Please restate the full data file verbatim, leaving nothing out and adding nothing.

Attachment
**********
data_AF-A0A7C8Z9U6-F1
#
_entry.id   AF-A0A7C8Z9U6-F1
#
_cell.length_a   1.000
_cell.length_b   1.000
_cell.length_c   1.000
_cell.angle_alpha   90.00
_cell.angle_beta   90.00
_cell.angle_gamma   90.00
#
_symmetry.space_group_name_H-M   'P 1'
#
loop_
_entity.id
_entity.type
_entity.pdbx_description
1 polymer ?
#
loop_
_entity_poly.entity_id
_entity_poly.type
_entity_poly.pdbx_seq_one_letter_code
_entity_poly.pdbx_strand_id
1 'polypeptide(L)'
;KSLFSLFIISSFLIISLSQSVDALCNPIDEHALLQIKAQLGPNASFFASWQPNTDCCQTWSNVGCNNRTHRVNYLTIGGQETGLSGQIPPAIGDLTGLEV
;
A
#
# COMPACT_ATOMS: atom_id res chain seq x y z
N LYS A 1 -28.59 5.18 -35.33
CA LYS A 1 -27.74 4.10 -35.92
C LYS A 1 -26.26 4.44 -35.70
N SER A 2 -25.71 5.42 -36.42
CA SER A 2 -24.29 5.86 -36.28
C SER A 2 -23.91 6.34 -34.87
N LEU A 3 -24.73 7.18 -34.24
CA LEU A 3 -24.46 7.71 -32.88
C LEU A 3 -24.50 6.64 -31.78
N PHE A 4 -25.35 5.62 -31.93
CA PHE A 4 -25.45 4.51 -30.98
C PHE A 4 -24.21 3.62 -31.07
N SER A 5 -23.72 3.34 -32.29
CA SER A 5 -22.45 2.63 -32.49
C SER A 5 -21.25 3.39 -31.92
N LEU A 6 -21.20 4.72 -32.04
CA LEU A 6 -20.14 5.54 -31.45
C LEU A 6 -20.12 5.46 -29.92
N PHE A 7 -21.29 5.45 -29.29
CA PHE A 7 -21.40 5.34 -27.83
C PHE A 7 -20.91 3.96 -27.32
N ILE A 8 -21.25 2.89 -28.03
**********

data_AF-A0A7C8Z9U6-F1
#
_entry.id   AF-A0A7C8Z9U6-F1
#
_cell.length_a   1.000
_cell.length_b   1.000
_cell.length_c   1.000
_cell.angle_alpha   90.00
_cell.angle_beta   90.00
_cell.angle_gamma   90.00
#
_symmetry.space_group_name_H-M   'P 1'
#
loop_
_entity.id
_entity.type
_entity.pdbx_description
1 polymer ?
#
loop_
_entity_poly.entity_id
_entity_poly.type
_entity_poly.pdbx_seq_one_letter_code
_entity_poly.pdbx_strand_id
1 'polypeptide(L)'
;KSLFSLFIISSFLIISLSQSVDALCNPIDEHALLQIKAQLGPNASFFASWQPNTDCCQTWSNVGCNNRTHRVNYLTIGGQETGLSGQIPPAIGDLTGLEV
;
A
#
# COMPACT_ATOMS: atom_id res chain seq x y z
N LYS A 1 -28.59 5.18 -35.33
CA LYS A 1 -27.74 4.10 -35.92
C LYS A 1 -26.26 4.44 -35.70
N SER A 2 -25.71 5.42 -36.42
CA SER A 2 -24.29 5.86 -36.28
C SER A 2 -23.91 6.34 -34.87
N LEU A 3 -24.73 7.18 -34.24
CA LEU A 3 -24.46 7.71 -32.88
C LEU A 3 -24.50 6.64 -31.78
N PHE A 4 -25.35 5.62 -31.93
CA PHE A 4 -25.45 4.51 -30.98
C PHE A 4 -24.21 3.62 -31.07
N SER A 5 -23.72 3.34 -32.29
CA SER A 5 -22.45 2.63 -32.49
C SER A 5 -21.25 3.39 -31.92
N LEU A 6 -21.20 4.72 -32.04
CA LEU A 6 -20.14 5.54 -31.45
C LEU A 6 -20.12 5.46 -29.92
N PHE A 7 -21.29 5.45 -29.29
CA PHE A 7 -21.40 5.34 -27.83
C PHE A 7 -20.91 3.96 -27.32
N ILE A 8 -21.25 2.89 -28.03